Reviews > Published on June 3rd, 2015

Bookshots: 'Haints Stay' by Colin Winnette

Bookshots: Pumping new life into the corpse of the book review


Haints Stay

Who wrote it:

Certain sections reminded me of driving past a horrible accident on the highway, both mesmerizing and painful to look at.

Colin Winnette, short story writer, poet, and author of four other novels.  

Plot in a Box: 

After some men who were supposed to pay them decide to kill them instead, Brooke and Sugar run off and lay low while trying to find the identity of a mysterious boy.

Invent a new title for this book:

Lots of Death

Read this if you like:

The Sisters Brothers by Patrick DeWitt, or The Revenant by Michael Punke.

Meet the book's lead(s):

Professional killers and siblings, Sugar and Brooke. Bird is a young, amnesiac boy found naked between them one morning because that happens occasionally.

Said lead(s) would be portrayed in a movie by:

Brooke reminded me a fair bit of Christoph Waltz’s character from Django Unchained. In fact, I’m quite certain that this would be a Tarantino movie if it was ever adapted for the big screen. My vote would go to Chandler Riggs for Bird and Malcolm McDowell in his earlier years for Sugar. 

Setting: Would you want to live there?

Nope. Not even a little bit.

What was your favorite sentence?

No matter what you let live you’re going to die and it’s just as likely it will be of a rock falling on your head or getting a bad cough as it is that someone will decide they want you gone. So accept it now and move on.

The Verdict:

One of the most wonderful things about Haints Stay is its black sense of humor. It’s subtle, dry, and slightly perverse, but it’s definitely there. It keeps the otherwise brutal reality of the character’s lives in check, because if there’s one thing the reader learns about Brooke and Sugar quite early on in the book, it’s this: don’t piss them off. These are men who are willing to slice guts and throats to avenge stolen blankets.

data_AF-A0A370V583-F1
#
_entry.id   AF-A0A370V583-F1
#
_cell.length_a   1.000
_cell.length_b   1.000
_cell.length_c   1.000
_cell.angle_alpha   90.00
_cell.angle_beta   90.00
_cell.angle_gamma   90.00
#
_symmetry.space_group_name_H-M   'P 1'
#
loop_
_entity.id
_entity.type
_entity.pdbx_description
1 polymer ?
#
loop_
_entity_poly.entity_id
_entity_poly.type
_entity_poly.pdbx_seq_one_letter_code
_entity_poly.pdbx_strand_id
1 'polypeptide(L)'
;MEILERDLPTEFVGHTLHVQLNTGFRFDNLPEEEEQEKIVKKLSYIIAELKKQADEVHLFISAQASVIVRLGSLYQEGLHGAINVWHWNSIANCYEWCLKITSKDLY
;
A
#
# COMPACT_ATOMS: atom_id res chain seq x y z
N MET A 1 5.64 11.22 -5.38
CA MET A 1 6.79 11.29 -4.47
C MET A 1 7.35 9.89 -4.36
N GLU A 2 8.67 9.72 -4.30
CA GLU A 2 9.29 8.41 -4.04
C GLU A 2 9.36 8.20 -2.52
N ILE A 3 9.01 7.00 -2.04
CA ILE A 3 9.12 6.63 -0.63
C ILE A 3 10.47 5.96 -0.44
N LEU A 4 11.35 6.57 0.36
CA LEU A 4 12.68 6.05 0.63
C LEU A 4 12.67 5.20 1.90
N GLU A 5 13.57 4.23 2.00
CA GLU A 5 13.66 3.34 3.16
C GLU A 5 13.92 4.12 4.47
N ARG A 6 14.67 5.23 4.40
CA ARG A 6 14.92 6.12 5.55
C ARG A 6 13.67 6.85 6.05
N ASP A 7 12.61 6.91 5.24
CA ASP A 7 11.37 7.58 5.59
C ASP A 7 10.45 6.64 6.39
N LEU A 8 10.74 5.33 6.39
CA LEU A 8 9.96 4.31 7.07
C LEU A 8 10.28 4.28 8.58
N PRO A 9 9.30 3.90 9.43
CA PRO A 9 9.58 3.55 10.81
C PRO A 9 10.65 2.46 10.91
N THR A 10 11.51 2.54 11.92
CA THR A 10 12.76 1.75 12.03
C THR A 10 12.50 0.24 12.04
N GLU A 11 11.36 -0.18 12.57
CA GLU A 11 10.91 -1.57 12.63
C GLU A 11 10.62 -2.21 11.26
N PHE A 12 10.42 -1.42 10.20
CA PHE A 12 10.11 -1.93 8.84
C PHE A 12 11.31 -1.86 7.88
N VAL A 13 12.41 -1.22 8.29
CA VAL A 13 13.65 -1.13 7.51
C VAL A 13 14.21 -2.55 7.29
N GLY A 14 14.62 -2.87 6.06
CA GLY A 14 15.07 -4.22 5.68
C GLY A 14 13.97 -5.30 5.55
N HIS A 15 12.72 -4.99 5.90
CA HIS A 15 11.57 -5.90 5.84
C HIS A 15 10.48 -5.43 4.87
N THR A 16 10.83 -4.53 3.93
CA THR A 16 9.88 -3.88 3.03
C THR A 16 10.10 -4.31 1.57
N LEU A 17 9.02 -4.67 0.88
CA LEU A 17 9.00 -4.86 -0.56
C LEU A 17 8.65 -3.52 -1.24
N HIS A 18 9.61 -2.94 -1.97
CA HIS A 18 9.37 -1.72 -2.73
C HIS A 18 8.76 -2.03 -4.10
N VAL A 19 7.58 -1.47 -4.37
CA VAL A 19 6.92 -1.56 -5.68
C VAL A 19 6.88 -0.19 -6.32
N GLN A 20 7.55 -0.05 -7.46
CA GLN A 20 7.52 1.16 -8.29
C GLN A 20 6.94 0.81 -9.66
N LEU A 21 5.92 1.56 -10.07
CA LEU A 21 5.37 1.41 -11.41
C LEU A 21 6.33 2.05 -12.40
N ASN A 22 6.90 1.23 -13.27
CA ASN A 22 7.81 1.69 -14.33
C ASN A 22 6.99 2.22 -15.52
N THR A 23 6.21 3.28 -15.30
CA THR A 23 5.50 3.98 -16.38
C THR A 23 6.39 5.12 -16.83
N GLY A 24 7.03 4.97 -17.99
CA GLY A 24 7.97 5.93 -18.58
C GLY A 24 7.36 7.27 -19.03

And yet, sometimes they seem pretty darn amiable. Sometimes they demonstrates a surprising kind of wisdom regarding the natural order and cycle of life. If contradictions do indeed create rich characters, Haints Stay is excellent proof.

This might not be the most technical criticism, but I also liked the feel of Haints Stay. It reminded me of Johnny Cash songs and cigar smoke and dying of dysentery while playing the Oregon Trail. It’s dark, but it’s not tepid; no one mopes, not even for a second. The dialogue is quick and modern. At a lean 200 pages or so, Winnette doesn’t waste space.

Certain sections reminded me of driving past a horrible accident on the highway, both mesmerizing and painful to look at. You know things aren’t going to turn out very well, but there’s still a sort of magnetism that makes you want to find out more. Who are these two strange men and this stranger boy? What is their deal with human teeth? Why are they taking advice from a skinny man in a suit who lives in the woods? One bizarre and bloody event runs into another.

Brooke and Sugar don’t take things personally. If someone tries to kill them, or burns down the town where they expected to spend their first night in a bed since last month, they shrug it off and move on. They’re like animals— they take a life when they need to survive. There’s nothing malicious about it (they just really wanted those blankets back).

About the author

Leah Dearborn is a Boston-based writer with a bachelor’s degree in journalism and a master’s degree in international relations from UMass Boston. She started writing for LitReactor in 2013 while paying her way through journalism school and hopping between bookstore jobs (R.I.P. Borders). In the years since, she’s written articles about everything from colonial poisoning plots to city council plans for using owls as pest control. If it’s a little strange, she’s probably interested.

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